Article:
Discrimination and Harassment
Discrimination and harassment claims often increase in a down economy. Learn the proper techniques for conducing proper workplace harassment investigations, providing sexual harassment training, and more to reduce claims of employment discrimination and preventing sexual harassment in the workplace.
When an employee or applicant claims she was passed over for a job because of discrimination, she generally has to show that she was clearly the best-qualified candidate for the position. Some will argue that cumulative years of experience trump other factors. That’s not always true.
Do you administer make-or-break tests that everyone must pass? If so, make sure you test everyone under similar circumstances. Keep careful records of testing conditions and test results. That way, if someone claims the test was biased, you can at least show it was administered fairly and impartially.
Not everyone wants to cooperate when an employer begins investigating discrimination or harassment charges. One solution is to tell all employees they must cooperate. Otherwise, they risk being disciplined. If that doesn’t work, you now have an option ...
Here’s an important reminder that it takes just one Neanderthal boss to launch a lawsuit: Treating working mothers differently than working fathers is sex discrimination. Never turn a blind eye if you hear a supervisor is doing just that.
Some sexual harassment complaints don’t pan out. If, after investigating, you conclude that no harassment took place, the employee who complained may not be satisfied. How should you handle her? Your best bet is to address her concerns about having to work around the alleged harasser.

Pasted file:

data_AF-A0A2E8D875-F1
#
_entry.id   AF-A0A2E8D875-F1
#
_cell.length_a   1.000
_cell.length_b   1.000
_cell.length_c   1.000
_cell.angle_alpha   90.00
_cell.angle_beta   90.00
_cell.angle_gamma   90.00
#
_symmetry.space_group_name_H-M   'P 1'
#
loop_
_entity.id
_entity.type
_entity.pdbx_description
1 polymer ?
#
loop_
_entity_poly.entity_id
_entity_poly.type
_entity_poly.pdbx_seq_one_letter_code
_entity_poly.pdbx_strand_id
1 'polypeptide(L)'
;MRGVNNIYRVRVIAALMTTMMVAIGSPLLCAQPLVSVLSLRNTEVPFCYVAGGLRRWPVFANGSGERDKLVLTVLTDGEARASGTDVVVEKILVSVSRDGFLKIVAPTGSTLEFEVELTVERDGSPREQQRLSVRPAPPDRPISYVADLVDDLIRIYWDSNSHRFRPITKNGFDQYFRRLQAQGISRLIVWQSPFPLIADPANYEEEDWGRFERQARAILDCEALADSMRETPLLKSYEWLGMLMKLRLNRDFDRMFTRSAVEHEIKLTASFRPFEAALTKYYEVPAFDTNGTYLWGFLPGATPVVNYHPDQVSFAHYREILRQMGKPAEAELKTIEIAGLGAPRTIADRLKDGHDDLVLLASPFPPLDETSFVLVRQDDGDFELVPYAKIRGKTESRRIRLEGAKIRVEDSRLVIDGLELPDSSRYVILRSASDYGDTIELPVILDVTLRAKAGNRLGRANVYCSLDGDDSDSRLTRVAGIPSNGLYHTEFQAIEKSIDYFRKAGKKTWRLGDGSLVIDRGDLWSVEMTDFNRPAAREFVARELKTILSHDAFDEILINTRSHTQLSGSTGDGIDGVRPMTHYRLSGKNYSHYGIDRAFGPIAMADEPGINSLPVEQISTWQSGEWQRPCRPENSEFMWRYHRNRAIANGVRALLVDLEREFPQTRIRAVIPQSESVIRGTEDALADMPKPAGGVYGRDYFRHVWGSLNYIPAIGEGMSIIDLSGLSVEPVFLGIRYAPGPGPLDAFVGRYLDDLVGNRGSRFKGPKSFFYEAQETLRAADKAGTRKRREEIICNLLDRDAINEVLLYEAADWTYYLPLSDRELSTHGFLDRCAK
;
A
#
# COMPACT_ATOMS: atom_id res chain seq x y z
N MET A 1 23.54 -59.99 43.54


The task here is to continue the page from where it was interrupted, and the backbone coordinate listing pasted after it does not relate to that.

Here’s an important factor when considering discharge: Discrimination complaints made years ago can form the basis for a lawsuit if the underlying events show a pattern of discrimination.
If someone was terminated for breaking workplace rules, he may claim you treated others outside his protected classification more favorably. The best way to counter such charges is with very specific records showing why you believe each punishment fit the rule violation.
For an employee to win a discrimination lawsuit, he has to show that he was qualified for the job he held. Some employers assume that if they disciplined the employee for poor performance, that proves he wasn’t qualified. But a court might not see it that way if you trained and tested him before putting him to work.
The California Supreme Court has issued a long-awaited decision on whether the “mixed-motive” defense applies to employment discrimination claims under the California Fair Employment and Housing Act (FEHA).
When terminated through a reduction in force or for some other legitimate reason, overly sensitive employees may take a shot at filing a lawsuit over perceived slights, alleging they had been forced to work in a hostile work environment. Fortunately, it usually takes more than that to win.